Donald Trump’s war against what he calls political correctness has helped fuel his summer surge – and spark a fierce new debate over how far politicians can go.
“I think the big problem this country has is being politically correct,” Trump, the Republican presidential front-runner, said at the candidates’ debate earlier this month.
He’s not alone. “There’s a creepy PC thing out there that really bothers me,” comic Jerry Seinfeld told “Late Night with Seth Meyers.”
Call it political correctness, or call it sensitivity – this summer has seen an escalation of words and terms that set off storms of criticism, often fed and spread by social media.
There have been charges that “happy holidays” really means a war on Christmas. And debates over whether to use the word “Islamic” in describing terrorism.
Now there’s controversy over “anchor babies,” “thug” and “illegals.”
Here are some of the words, phrases and symbols punctuating political debates.
The controversy: President Barack Obama and Baltimore Mayor Stephanie Rawlings-Blake used the word to describe rioters in Baltimore. Critics pounced, saying the word was insulting. “Thugs is the 21st-century word for the N-word,” the Rev. Jamal Bryant in Baltimore told CNN.
Follow-up: Rawlings-Blake quickly “clarified” her use of the term, tweeting “one can say things in a way that you don’t mean.” An Obama spokesman said the president did not regret using the word, which has been routinely used for years. Thesaurus.com lists 22 synonyms for thug, including bully, hood, troublemaker and delinquent as well as murderer, gorilla, assassin and rioter.
The controversy: For years, governments and retailers backed away from using the word “Christmas,” fearing it would alienate non-Christians. They often used the more generic term “happy holidays.” So has the White House. In 2011, it sent out a card with the Obama’s dog Bo, in front of a fireplace.
Some saw an all-out war. Fox News host Bill O'Reilly declared he was “like a guerrilla fighter in the war on Christmas.” Last year, he declared the war won.
Follow-up: Last year, the White House sent out what it called “the first ever interactive White House holiday card.” At the end of the Obama’s message, the president wishes everyone “Merry Christmas and happy holidays, everybody.”
The controversy: Republican candidate Jeb Bush used the term to describe babies born to non-citizens. A child born in this country is a U.S. citizen. The controversy has been around for years: In 2010, some congressional Republicans called for hearings to examine the issue. Critics say such a child makes it easier for family members who aren’t citizens to settle in this country.
Many consider the term a slur. “Jeb’s remarks suggest how he might lead as president by following Donald Trump down to the bottom of the barrel,” said Dawn Le of the Alliance for Citizenship, a coalition of groups promoting an overhaul of the immigration system.
According to Nexis, the term appeared in U.S. media more than 3,000 times in the U.S. media in the 10 years before Bush used it this month, though often with debate over it.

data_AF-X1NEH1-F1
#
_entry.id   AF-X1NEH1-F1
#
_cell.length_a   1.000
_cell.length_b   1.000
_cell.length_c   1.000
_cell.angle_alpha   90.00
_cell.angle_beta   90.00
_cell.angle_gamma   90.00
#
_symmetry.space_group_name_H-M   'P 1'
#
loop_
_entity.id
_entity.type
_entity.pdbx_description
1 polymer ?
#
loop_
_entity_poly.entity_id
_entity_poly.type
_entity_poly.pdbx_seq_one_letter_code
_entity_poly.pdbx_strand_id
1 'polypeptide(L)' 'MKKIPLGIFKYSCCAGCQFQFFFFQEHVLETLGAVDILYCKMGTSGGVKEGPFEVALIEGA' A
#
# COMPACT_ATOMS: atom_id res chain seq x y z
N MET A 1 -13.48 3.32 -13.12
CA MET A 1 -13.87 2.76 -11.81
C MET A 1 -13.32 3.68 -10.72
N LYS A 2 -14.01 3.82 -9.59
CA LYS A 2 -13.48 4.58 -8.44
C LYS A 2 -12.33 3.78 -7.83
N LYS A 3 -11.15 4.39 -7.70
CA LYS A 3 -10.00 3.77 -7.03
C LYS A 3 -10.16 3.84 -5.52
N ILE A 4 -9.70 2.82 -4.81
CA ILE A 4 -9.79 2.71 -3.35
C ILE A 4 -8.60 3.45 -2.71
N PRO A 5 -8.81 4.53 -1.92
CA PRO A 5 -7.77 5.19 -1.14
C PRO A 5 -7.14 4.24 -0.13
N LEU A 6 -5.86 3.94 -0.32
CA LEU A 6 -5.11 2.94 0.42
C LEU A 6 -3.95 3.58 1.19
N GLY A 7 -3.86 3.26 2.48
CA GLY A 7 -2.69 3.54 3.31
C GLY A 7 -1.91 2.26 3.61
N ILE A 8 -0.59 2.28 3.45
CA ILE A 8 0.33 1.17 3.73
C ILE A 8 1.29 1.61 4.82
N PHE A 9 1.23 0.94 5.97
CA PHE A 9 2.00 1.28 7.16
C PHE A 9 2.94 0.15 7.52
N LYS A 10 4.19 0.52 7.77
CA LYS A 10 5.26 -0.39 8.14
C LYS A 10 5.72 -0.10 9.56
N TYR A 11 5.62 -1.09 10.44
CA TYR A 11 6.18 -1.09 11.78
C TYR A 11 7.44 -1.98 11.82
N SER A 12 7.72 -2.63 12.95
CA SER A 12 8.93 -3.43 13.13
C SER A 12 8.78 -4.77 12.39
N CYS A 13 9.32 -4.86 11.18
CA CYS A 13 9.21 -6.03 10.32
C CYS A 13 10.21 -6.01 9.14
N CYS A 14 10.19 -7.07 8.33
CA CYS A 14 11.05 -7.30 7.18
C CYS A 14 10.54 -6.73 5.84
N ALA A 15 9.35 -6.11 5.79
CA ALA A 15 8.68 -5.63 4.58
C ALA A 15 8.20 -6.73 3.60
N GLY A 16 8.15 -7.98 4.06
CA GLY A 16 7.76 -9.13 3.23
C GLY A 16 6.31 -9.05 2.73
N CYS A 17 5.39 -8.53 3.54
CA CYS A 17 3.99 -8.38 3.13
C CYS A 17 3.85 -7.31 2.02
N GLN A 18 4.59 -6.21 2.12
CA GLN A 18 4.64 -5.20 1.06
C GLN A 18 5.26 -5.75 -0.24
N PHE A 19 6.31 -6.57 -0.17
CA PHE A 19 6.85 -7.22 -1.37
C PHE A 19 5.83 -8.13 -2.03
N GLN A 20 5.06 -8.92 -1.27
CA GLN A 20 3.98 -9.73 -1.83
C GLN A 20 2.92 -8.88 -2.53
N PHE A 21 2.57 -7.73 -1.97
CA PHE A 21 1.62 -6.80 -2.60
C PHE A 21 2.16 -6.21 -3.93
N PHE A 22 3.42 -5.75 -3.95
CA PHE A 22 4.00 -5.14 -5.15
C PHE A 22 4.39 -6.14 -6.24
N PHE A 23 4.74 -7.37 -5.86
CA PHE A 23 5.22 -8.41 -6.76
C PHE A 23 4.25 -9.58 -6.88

Follow-up: Too soon to tell how the furor affects Bush. “I'll use the term anchor baby,” Trump said.
ALL LIVES MATTER
The controversy: At a Netroots Nation conference in July, protesters shouted “Do black lives matter to you?” as Martin O'Malley, former mayor of Baltimore and now Democratic presidential candidate, spoke. He tried to answer and cited his record as mayor. “Black lives matter. White lives matter. All lives matter,” he said. Booing erupted.
“The idea of saying everything matters undercuts the value and point of highlighting black life as something worthy of concern,” said Katheryn Russell-Brown, director of the Center for the Study of Race and Race Relations at the University of Florida law school, at the time.
Follow-up: The Black Lives Matter movement remains active and motivated. Earlier this month, activists shut down a Bernie Sanders rally in Seattle when they went onto the stage and took his microphone. In response, Sanders has tried repeatedly to stress his longtime support of civil rights and efforts at criminal justice reform.
The controversy: Obama will not label the war on terrorism a war against radical Islam. “No religion is responsible for terrorism – people are responsible for violence and terrorism,” the president said. The administration had labeled as “workplace violence” the 2009 massacre at Fort Hood, Texas, where a “Soldier of Allah” killed 13 and wounded 32. The military later said it was an act of international terrorism.
Follow-up: Republicans have been relentless in criticizing Obama on this. Sen. Ted Cruz, R-Texas called the president “an apologist for radical Islamic terrorists.”
The controversy: The Supreme Court did not use that term in a 2012 immigration case, except when citing others. Immigration rights activists insisted that saying someone was an “illegal” implied they were engaged in unlawful activity. And in the court system, people are innocent until proven guilty.
Follow-up: Deferring to the immigration activists, media usually refer to people who entered this country illegally as “undocumented.”
The controversy: After a white supremacist, who posed with Confederate flag for a website photo, allegedly killed nine black churchgoers in Charleston in May, governments and others quickly moved to remove the flag from public places.
Follow-up: Flag advocates have lost.